Retiring truck drivers who are not easily replaced is probably the single largest factor in the shortage of drivers.

Many motor carriers are offering substantial incentives for the best truck drivers. Some of the bigger trucking companies in America boosted pay by $5000-$10,000 a year for some of the best drivers. The competition for highly qualified and safe drivers has never been fiercer.


Big Rig Crashes


Last year there were over 475,000 large trucks and buses involved in accidents. There is a direct correlation to the experience of a truck driver and the potential for a serious truck wreck. It is just common sense that the more experience a driver has behind the wheel with a tractor-trailer, the less likely the driver is to be unprepared on the roadway.

The number of injury crashes from big rigs as increased by over 55% from 2004 two 2014 according to the Federal Motor Carrier Safety Administration.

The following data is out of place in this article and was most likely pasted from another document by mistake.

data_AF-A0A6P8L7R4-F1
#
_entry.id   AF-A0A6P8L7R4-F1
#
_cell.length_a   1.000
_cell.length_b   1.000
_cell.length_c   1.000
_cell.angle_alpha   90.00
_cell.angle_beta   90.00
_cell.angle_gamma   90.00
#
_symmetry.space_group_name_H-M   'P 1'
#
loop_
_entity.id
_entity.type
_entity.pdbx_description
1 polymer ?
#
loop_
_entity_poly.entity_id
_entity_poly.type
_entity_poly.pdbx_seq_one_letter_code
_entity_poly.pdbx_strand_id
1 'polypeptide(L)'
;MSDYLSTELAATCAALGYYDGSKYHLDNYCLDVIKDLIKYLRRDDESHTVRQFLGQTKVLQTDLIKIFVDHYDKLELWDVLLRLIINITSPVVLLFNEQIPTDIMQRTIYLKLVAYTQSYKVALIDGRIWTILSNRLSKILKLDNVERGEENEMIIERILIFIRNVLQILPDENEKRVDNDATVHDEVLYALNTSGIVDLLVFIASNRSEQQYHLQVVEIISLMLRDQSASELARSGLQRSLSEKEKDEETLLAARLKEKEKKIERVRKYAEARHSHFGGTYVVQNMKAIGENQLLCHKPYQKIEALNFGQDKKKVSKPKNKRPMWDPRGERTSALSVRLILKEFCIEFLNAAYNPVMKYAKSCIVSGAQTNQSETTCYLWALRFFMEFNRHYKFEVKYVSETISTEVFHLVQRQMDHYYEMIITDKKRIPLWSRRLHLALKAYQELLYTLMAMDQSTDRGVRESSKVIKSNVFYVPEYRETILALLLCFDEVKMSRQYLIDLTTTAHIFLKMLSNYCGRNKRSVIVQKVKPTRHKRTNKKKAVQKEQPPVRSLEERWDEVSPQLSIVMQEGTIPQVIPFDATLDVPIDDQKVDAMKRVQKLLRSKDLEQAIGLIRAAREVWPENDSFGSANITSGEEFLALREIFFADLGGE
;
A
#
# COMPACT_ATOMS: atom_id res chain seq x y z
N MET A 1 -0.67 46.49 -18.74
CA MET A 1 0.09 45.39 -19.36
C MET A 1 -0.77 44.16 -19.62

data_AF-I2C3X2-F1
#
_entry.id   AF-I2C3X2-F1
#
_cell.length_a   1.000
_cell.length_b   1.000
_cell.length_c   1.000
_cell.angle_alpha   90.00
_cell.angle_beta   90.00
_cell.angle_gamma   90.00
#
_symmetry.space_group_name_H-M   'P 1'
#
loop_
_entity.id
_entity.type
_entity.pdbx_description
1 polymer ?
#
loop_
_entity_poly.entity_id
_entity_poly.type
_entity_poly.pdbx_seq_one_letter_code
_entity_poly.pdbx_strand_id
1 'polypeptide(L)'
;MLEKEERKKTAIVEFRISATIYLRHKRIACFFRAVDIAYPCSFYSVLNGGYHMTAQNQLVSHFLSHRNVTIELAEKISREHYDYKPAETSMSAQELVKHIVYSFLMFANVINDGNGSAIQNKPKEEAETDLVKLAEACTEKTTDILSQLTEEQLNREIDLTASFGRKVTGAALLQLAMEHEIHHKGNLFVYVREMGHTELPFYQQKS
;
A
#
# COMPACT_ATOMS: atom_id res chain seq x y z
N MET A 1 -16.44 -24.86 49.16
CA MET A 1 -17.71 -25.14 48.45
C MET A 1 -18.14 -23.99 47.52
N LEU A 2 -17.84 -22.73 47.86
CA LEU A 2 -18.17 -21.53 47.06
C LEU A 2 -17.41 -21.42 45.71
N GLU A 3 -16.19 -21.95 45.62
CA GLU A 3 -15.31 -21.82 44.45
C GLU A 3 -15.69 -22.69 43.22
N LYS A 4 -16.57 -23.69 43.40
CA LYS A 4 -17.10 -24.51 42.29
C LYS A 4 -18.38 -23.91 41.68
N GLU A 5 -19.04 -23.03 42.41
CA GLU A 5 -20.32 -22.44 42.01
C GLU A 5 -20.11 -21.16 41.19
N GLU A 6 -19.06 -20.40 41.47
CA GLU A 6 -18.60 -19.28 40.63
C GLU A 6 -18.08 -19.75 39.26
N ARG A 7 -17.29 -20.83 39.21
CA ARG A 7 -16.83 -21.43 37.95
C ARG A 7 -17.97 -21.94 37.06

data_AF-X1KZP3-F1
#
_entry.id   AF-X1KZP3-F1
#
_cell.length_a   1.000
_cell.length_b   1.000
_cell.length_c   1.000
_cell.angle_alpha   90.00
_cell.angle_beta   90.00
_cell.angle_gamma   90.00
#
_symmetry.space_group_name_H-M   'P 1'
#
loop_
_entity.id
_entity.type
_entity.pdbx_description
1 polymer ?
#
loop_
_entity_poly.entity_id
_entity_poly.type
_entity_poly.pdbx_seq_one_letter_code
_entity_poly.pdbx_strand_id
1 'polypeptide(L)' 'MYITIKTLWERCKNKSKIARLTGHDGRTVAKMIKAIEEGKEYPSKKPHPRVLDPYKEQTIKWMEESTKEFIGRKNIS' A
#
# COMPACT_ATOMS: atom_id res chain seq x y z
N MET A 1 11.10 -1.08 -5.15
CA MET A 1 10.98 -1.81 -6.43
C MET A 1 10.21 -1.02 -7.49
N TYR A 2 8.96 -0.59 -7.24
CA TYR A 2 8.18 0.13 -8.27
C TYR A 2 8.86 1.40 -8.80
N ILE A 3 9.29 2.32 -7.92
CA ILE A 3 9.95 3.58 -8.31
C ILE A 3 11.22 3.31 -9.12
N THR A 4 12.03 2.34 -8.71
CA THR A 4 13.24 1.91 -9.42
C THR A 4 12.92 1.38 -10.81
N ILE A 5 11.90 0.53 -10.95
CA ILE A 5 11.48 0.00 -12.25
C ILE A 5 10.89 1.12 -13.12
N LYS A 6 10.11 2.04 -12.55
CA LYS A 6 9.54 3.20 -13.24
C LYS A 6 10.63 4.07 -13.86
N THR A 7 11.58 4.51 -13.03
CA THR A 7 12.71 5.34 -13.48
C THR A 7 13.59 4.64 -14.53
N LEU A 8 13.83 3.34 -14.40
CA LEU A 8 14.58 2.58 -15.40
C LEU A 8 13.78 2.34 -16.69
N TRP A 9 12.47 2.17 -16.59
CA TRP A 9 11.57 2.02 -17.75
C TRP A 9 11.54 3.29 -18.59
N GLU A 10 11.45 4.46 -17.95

Inexperienced drivers and new drivers are clearly the most dangerous truckers on the highways. Many truck drivers quit the profession after they have been in us very serious truck accident where someone else was seriously injured or killed. Controlling an 80,000-pound vehicle requires more than a commercial driver’s license and minimum safety training by a company.


Solutions to the Driver Shortage


There certainly has been a sustained increase in the freight shipped in the United States and the need for qualified truck drivers. One of the biggest problems besides the age of the drivers is the inability to attract younger drivers to stay in the profession.

Trucking companies are offering financial incentives. However, the increased pay and sign-on bonuses are insufficient to deal with the magnitude of the driver shortage. Increased flexibility and home time for drivers is a big factor in the satisfaction in the profession. There is no doubt that trucking can be a difficult lifestyle for families.